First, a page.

I’m not one to typically dole out the parenting advice over here. I think that many aspects of parenting are simply trial and error, and what works for one bambino doesn’t usually work for the other. But I do have a picky eater, and am happy to share a few of my healthy eating tips on behalf of Tyson.
My oldest child, Lucia has always been a bit of a picky eater, but I definitely think that the corruption sets in as they start to get older. I vividly remember the day that Lucia declared that she no longer wanted green peppers in her snack bag because so-and-so said that they were “yucky”. Which leads to my first tip:
I could have been better about continually offering Lucia the food she started to reject as she grew. I learned from my mistakes and make sure that my little guy continues to eat his veggies. I also continually offer my kids different foods – even when rejected. But sometimes, my only hope is sneaking things in their food. I often hide veggies and power packed nutrients into my children’s meals. I like to send them off to school with a healthy breakfast, and am a huge fan of steel cut oats (or regular oatmeal when pressed for time). I like to chop up a ton of mixed nuts (Brazil nuts, walnuts cashews and almonds) for extra protein and mix in a bit of ground flax and cinnamon. I also frequently mix chopped veggies into ground turkey meat, and chicken cutlets as it’s a guaranteed way to sneak them in.
Both of my kids are prone to eat healthy food if they help take part in the process. They love to crack eggs, mix ingredients, and pick things apart (like parsley). We try to involve them as much as we can and also include them in the cleanup!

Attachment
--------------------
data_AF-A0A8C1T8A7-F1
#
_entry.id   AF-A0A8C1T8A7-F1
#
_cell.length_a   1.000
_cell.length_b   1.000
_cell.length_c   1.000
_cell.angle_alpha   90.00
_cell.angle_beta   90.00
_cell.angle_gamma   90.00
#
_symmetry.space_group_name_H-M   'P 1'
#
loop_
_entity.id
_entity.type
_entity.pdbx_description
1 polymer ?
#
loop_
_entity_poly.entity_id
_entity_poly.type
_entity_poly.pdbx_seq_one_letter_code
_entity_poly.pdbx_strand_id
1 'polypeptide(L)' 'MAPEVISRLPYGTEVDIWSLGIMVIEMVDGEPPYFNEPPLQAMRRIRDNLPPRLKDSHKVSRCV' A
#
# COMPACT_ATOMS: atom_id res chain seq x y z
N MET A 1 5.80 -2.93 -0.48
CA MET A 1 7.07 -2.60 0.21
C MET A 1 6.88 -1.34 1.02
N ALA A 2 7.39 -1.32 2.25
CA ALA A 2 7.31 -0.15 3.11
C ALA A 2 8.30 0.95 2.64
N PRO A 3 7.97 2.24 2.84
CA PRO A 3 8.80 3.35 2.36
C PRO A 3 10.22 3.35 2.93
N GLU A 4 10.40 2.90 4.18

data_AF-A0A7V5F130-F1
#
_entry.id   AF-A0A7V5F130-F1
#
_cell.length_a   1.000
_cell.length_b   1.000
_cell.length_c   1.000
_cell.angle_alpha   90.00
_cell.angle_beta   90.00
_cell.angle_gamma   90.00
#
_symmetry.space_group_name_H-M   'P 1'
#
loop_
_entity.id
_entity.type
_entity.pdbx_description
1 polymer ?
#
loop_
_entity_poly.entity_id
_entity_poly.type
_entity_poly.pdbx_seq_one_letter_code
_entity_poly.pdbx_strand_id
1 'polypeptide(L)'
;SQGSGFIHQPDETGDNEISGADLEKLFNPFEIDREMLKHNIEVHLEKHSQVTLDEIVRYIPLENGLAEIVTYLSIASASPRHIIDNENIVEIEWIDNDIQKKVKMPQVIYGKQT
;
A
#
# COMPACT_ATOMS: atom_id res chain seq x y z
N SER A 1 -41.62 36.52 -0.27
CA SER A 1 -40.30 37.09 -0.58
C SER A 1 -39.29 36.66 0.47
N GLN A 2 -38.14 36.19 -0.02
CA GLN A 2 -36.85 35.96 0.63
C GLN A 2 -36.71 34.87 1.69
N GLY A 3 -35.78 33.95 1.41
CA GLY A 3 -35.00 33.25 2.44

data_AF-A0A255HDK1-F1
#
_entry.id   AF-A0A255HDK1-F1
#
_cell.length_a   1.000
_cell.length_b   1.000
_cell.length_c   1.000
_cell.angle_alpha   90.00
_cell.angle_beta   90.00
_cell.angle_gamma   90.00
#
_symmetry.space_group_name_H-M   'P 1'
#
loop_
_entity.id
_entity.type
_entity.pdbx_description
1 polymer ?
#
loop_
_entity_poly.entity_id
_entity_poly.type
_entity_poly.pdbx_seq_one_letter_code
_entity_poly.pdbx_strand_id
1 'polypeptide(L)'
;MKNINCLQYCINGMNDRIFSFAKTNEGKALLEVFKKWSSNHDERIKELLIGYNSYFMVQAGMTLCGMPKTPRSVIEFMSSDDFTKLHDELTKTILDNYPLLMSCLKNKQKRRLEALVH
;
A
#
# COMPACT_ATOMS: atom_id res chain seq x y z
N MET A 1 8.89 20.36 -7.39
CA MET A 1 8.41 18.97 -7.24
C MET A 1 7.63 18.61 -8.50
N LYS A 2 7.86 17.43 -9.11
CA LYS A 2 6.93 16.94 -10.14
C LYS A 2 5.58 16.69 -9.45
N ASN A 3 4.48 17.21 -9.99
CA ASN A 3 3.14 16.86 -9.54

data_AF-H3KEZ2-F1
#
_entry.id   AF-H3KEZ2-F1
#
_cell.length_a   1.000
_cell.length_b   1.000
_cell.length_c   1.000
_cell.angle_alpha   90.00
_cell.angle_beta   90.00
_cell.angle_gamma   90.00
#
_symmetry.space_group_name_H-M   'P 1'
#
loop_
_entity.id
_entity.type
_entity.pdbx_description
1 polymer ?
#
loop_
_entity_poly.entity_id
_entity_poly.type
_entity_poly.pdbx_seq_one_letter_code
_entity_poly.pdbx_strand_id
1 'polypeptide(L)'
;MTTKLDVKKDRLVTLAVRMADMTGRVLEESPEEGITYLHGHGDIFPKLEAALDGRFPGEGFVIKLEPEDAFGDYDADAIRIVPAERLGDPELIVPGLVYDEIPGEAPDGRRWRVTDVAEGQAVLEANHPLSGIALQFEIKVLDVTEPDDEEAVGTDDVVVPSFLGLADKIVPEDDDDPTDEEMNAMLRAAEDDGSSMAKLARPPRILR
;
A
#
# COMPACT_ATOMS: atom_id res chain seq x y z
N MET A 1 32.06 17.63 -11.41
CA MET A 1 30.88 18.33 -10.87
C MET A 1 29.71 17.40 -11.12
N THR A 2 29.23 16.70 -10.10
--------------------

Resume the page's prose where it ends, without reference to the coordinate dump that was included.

It is highly unlikely that Lucia will devour an entire plate of carrots, but she will gulp down freshly juiced carrots and apples. My littles think that juice is such a treat, and they also love to help make it. When my kiddos first rejected raw broccoli, I found a recipe that they love – which turned them into broccoli lovers. Sometimes a different form or an awesome recipe will do the trick.
Little ones can often be cajoled by a pretty presentation. Fun containers, divided plates and tiny separated groups of food make healthy snacks appealing to children.
|Walnuts, fruits, veggies and cheese presented in a glittery Easter egg rainbow, supported by a cut up egg carton.|
I certainly don’t have Pinterest perfection going on all the time (and think it would be problematic if children’s meals always looked like elaborate art). But I love to get creative with meal presentation on occasion. The process of creating is so much fun for me, as is the pint-sized excitement over my arrangements. My husband (an artist) is also a master creator and has been making fun food art since the pre-Pinterest era. I also always try and incorporate a little fun into my kids school meals with creature-shaped cookie cutter sandwiches, the addition of an eyeball and a special hand-drawn love note.
|Mango, orange, cranberry, and strawberry sun. Dino mold turkey and cheese. Kale chip tree. Roasted seaweed, green bean, broccoli, Brazil nut, blueberry, mango and kiwi grass/flowers.|
If all else fails, my worst possible tip *bribery* may work wonders if used in excessive moderation. My daughter may or may not be a salad lover due to a singing, light-up, Rapunzel doll.
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